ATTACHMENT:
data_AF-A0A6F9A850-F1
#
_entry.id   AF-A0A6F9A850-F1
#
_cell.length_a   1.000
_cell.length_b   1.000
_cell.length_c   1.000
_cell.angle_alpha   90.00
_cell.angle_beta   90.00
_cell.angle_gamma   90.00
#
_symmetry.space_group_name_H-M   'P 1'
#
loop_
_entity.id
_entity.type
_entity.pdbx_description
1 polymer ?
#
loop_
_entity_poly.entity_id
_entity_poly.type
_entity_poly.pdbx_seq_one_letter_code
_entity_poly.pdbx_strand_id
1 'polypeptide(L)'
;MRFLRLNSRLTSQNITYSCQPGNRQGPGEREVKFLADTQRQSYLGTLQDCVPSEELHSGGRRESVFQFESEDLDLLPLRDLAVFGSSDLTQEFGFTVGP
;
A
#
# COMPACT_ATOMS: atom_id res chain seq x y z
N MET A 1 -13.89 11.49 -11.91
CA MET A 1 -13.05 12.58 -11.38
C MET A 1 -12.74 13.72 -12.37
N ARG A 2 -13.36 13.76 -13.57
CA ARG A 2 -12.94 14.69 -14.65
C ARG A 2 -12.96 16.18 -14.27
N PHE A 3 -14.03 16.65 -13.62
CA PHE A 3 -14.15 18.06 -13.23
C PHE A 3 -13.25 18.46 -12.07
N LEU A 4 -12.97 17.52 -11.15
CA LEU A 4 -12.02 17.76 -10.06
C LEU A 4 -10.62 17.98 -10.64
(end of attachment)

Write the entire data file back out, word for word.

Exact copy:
data_AF-A0A6F9A850-F1
#
_entry.id   AF-A0A6F9A850-F1
#
_cell.length_a   1.000
_cell.length_b   1.000
_cell.length_c   1.000
_cell.angle_alpha   90.00
_cell.angle_beta   90.00
_cell.angle_gamma   90.00
#
_symmetry.space_group_name_H-M   'P 1'
#
loop_
_entity.id
_entity.type
_entity.pdbx_description
1 polymer ?
#
loop_
_entity_poly.entity_id
_entity_poly.type
_entity_poly.pdbx_seq_one_letter_code
_entity_poly.pdbx_strand_id
1 'polypeptide(L)'
;MRFLRLNSRLTSQNITYSCQPGNRQGPGEREVKFLADTQRQSYLGTLQDCVPSEELHSGGRRESVFQFESEDLDLLPLRDLAVFGSSDLTQEFGFTVGP
;
A
#
# COMPACT_ATOMS: atom_id res chain seq x y z
N MET A 1 -13.89 11.49 -11.91
CA MET A 1 -13.05 12.58 -11.38
C MET A 1 -12.74 13.72 -12.37
N ARG A 2 -13.36 13.76 -13.57
CA ARG A 2 -12.94 14.69 -14.65
C ARG A 2 -12.96 16.18 -14.27
N PHE A 3 -14.03 16.65 -13.62
CA PHE A 3 -14.15 18.06 -13.23
C PHE A 3 -13.25 18.46 -12.07
N LEU A 4 -12.97 17.52 -11.15
CA LEU A 4 -12.02 17.76 -10.06
C LEU A 4 -10.62 17.98 -10.64